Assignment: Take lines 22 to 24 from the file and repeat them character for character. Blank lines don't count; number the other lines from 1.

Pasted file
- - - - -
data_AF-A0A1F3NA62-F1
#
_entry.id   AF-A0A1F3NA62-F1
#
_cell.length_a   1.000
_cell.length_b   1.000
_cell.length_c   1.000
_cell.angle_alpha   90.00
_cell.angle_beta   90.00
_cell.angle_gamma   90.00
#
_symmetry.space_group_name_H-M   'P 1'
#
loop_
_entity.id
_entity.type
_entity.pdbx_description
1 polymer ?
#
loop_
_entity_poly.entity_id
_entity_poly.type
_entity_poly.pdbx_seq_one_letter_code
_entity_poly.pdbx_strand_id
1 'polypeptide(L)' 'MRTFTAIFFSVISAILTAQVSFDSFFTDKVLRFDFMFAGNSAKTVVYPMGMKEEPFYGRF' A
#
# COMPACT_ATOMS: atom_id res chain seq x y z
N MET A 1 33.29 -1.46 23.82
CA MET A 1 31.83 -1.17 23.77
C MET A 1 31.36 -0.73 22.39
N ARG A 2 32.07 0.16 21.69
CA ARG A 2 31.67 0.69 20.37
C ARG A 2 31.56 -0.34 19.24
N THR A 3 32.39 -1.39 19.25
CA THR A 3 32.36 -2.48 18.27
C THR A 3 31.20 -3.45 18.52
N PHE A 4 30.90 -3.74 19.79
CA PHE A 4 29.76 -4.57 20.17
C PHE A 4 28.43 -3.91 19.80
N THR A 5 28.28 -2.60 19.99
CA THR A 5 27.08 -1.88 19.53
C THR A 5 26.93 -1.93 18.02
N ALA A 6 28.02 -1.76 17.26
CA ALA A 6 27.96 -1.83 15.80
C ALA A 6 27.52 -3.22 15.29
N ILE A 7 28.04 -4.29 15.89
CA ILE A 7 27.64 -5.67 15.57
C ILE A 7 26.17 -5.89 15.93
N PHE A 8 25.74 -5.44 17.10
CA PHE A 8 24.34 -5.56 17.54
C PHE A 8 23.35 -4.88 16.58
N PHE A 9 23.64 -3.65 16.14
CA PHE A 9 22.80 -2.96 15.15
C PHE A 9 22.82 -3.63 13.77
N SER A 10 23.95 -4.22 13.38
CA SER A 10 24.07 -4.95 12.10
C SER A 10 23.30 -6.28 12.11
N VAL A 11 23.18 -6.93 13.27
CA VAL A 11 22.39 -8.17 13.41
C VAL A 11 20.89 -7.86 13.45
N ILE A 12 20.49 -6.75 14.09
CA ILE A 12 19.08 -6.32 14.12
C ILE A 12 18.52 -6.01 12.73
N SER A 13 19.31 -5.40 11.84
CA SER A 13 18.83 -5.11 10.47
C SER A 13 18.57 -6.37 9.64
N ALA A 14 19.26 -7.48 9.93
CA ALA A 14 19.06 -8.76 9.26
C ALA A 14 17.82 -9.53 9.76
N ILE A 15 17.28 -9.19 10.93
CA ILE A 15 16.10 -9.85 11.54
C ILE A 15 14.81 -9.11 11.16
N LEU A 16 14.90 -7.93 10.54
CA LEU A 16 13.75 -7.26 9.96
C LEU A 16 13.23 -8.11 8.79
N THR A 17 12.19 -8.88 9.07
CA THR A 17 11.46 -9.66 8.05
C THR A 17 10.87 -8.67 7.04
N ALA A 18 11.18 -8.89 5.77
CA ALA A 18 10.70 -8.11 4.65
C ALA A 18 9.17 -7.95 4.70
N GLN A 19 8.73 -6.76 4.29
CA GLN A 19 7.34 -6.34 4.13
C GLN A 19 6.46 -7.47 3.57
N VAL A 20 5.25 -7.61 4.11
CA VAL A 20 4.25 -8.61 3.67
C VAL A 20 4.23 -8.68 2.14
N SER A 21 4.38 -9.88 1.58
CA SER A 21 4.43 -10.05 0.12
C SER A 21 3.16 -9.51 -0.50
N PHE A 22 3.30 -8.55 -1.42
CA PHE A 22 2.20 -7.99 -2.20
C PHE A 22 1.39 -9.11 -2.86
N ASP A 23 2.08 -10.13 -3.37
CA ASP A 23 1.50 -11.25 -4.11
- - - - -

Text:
_entity_poly.type
_entity_poly.pdbx_seq_one_letter_code
_entity_poly.pdbx_strand_id